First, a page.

LLCs in Diversity Jurisdiction: Keeping the Playing Field Bumpy

Your company has just been sued in a foreign state court by an LLC organized in that foreign state demanding more than $75,000 in damages. But you’re not fazed because you can remove to federal court and get rid of the baseless case on a 12(b)(6) motion, right? Wrong!

Or, at least, possibly wrong because you are probably asking the wrong question. In every Court of Appeals Circuit that has ruled on the question (including the Second), and nearly every District Court in the Circuits that are silent, the citizenship of an LLC is not the state where it is organized, but rather the state of citizenship of its members.

The rule is based on sound, if narrow, interpretation of 28 U.S.C. § 1332(c), which states that “a corporation shall be … a citizen of any State by which it has been incorporated and of the State where it has its principal place of business…” In Carden v. Arkoma Assocs., 494 U.S. 195 (1990), the Supreme Court states confirms the strict interpretation of § 1332(c) – if it ain’t a corporation, § 1332(c) does not apply. (The Court acknowledges that it is being “unresponsive to … the changing realities of business organization,” so that is something.)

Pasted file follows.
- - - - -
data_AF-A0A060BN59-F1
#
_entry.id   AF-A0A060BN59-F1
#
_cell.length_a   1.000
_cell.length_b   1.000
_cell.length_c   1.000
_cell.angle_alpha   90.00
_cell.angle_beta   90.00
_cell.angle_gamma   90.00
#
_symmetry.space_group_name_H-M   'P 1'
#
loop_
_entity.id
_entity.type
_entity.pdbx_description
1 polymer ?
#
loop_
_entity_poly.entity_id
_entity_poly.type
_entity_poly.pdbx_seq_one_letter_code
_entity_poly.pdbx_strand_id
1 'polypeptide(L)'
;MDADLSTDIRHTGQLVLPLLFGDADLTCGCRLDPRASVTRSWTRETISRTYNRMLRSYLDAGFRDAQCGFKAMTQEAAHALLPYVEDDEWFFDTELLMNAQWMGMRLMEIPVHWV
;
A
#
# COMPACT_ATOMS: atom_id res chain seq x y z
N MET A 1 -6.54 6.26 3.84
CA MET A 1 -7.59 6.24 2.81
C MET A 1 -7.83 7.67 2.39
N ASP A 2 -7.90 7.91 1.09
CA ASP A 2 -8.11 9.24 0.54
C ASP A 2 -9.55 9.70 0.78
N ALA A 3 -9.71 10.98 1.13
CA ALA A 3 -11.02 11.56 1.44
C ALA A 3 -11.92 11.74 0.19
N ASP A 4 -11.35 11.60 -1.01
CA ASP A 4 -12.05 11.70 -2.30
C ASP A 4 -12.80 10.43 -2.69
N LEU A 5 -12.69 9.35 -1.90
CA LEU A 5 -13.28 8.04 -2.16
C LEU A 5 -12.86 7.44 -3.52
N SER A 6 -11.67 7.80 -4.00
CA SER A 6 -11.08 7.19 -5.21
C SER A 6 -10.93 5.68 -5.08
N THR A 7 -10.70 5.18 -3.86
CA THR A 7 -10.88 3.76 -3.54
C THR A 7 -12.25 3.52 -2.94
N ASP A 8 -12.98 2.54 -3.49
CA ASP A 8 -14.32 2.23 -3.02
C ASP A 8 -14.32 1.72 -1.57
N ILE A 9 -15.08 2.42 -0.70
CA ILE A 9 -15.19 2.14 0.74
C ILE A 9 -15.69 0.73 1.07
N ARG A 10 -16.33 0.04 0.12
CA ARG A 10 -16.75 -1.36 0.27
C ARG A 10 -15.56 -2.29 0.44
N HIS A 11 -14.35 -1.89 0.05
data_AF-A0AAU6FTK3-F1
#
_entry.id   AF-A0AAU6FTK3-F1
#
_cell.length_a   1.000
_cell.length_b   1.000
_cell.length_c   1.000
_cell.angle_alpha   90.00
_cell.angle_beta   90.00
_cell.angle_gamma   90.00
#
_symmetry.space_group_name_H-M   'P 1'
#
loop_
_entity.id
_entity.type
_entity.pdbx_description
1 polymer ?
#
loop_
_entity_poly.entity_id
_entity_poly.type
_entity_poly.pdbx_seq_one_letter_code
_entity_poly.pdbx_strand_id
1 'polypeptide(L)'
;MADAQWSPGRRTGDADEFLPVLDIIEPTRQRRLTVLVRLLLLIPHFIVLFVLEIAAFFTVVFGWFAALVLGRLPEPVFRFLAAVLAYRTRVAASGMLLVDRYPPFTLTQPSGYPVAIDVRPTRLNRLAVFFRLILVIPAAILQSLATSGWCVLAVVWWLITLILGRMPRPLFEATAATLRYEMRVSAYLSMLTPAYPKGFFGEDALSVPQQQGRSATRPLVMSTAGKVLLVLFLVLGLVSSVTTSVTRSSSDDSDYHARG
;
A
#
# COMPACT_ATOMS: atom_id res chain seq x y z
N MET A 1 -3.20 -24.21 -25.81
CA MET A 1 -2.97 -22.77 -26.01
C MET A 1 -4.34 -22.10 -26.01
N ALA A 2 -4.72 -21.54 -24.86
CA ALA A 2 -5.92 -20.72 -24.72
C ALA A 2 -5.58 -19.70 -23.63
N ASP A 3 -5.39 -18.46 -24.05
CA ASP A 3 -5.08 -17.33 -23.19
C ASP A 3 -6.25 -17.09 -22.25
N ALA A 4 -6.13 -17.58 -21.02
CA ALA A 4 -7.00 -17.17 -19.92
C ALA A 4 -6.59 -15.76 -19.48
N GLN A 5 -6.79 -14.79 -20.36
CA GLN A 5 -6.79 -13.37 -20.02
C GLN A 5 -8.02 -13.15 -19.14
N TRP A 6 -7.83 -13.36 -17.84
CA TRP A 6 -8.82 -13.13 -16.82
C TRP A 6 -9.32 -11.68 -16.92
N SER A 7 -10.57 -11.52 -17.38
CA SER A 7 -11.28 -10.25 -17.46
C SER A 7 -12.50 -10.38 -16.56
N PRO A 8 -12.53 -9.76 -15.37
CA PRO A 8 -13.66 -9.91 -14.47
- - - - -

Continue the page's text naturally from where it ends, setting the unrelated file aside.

I have not done a state-by-state survey, but I’m willing to bet that very few states, if any, had adopted limited liability company acts when Carden was decided. This is a classic example of trying to fit a square peg in a round hole. Still, the Supreme Court’s intellectual honesty is little comfort when your company has just been served.

So what’s a defendant to do? You have two choices:

  1. Wing it – file the notice of removal and hope neither the plaintiff nor the Court calls you out.
  2. Aggressively pursue jurisdiction discovery to find out the citizenship of the members. Remove within 30 days of the date when you receive the document or other information from which you can determine the citizenship of the members and, no matter what, have it all done within the first year.

Simple, right?